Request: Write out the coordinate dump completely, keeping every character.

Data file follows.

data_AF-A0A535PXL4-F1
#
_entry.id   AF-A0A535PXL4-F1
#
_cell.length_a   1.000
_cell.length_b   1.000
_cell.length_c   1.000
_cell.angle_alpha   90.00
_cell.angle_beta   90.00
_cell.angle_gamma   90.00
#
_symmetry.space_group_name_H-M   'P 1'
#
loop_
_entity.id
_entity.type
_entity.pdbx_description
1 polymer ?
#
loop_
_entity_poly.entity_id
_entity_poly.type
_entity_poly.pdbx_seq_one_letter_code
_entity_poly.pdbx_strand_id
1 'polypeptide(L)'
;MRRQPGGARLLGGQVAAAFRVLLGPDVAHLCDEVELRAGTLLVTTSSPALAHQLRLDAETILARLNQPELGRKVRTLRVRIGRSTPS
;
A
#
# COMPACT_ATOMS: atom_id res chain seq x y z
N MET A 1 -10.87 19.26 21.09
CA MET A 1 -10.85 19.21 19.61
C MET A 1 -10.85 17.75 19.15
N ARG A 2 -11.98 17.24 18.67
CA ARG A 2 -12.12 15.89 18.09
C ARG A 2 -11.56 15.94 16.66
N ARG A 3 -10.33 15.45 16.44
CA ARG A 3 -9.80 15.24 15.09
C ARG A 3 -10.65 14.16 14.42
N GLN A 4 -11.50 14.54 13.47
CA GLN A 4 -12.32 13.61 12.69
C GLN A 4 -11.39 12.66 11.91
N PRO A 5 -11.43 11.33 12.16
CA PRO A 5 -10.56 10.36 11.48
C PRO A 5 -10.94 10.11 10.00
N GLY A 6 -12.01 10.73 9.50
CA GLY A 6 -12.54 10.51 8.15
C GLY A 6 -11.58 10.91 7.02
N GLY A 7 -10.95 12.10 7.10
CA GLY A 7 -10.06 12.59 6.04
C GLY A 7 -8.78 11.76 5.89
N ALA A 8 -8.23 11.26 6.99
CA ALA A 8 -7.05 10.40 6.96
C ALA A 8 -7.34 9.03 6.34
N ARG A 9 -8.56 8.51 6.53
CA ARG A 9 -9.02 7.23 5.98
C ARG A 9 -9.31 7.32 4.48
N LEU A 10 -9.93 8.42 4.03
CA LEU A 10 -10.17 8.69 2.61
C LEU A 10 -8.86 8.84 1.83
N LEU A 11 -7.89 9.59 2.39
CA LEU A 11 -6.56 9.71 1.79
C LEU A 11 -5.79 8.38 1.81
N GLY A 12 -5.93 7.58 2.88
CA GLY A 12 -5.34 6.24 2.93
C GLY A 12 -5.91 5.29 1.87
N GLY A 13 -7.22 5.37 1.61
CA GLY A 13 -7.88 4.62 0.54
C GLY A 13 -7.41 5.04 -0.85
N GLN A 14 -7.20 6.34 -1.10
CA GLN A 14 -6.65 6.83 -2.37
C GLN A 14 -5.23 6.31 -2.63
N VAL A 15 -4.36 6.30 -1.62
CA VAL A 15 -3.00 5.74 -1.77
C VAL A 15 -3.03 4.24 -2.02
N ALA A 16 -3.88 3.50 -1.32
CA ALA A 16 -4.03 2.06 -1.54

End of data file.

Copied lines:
data_AF-A0A535PXL4-F1
#
_entry.id   AF-A0A535PXL4-F1
#
_cell.length_a   1.000
_cell.length_b   1.000
_cell.length_c   1.000
_cell.angle_alpha   90.00
_cell.angle_beta   90.00
_cell.angle_gamma   90.00
#
_symmetry.space_group_name_H-M   'P 1'
#
loop_
_entity.id
_entity.type
_entity.pdbx_description
1 polymer ?
#
loop_
_entity_poly.entity_id
_entity_poly.type
_entity_poly.pdbx_seq_one_letter_code
_entity_poly.pdbx_strand_id
1 'polypeptide(L)'
;MRRQPGGARLLGGQVAAAFRVLLGPDVAHLCDEVELRAGTLLVTTSSPALAHQLRLDAETILARLNQPELGRKVRTLRVRIGRSTPS
;
A
#
# COMPACT_ATOMS: atom_id res chain seq x y z
N MET A 1 -10.87 19.26 21.09
CA MET A 1 -10.85 19.21 19.61
C MET A 1 -10.85 17.75 19.15
N ARG A 2 -11.98 17.24 18.67
CA ARG A 2 -12.12 15.89 18.09
C ARG A 2 -11.56 15.94 16.66
N ARG A 3 -10.33 15.45 16.44
CA ARG A 3 -9.80 15.24 15.09
C ARG A 3 -10.65 14.16 14.42
N GLN A 4 -11.50 14.54 13.47
CA GLN A 4 -12.32 13.61 12.69
C GLN A 4 -11.39 12.66 11.91
N PRO A 5 -11.43 11.33 12.16
CA PRO A 5 -10.56 10.36 11.48
C PRO A 5 -10.94 10.11 10.00
N GLY A 6 -12.01 10.73 9.50
CA GLY A 6 -12.54 10.51 8.15
C GLY A 6 -11.58 10.91 7.02
N GLY A 7 -10.95 12.10 7.10
CA GLY A 7 -10.06 12.59 6.04
C GLY A 7 -8.78 11.76 5.89
N ALA A 8 -8.23 11.26 6.99
CA ALA A 8 -7.05 10.40 6.96
C ALA A 8 -7.34 9.03 6.34
N ARG A 9 -8.56 8.51 6.53
CA ARG A 9 -9.02 7.23 5.98
C ARG A 9 -9.31 7.32 4.48
N LEU A 10 -9.93 8.42 4.03
CA LEU A 10 -10.17 8.69 2.61
C LEU A 10 -8.86 8.84 1.83
N LEU A 11 -7.89 9.59 2.39
CA LEU A 11 -6.56 9.71 1.79
C LEU A 11 -5.79 8.38 1.81
N GLY A 12 -5.93 7.58 2.88
CA GLY A 12 -5.34 6.24 2.93
C GLY A 12 -5.91 5.29 1.87
N GLY A 13 -7.22 5.37 1.61
CA GLY A 13 -7.88 4.62 0.54
C GLY A 13 -7.41 5.04 -0.85
N GLN A 14 -7.20 6.34 -1.10
CA GLN A 14 -6.65 6.83 -2.37
C GLN A 14 -5.23 6.31 -2.63
N VAL A 15 -4.36 6.30 -1.62
CA VAL A 15 -3.00 5.74 -1.77
C VAL A 15 -3.03 4.24 -2.02
N ALA A 16 -3.88 3.50 -1.32
CA ALA A 16 -4.03 2.06 -1.54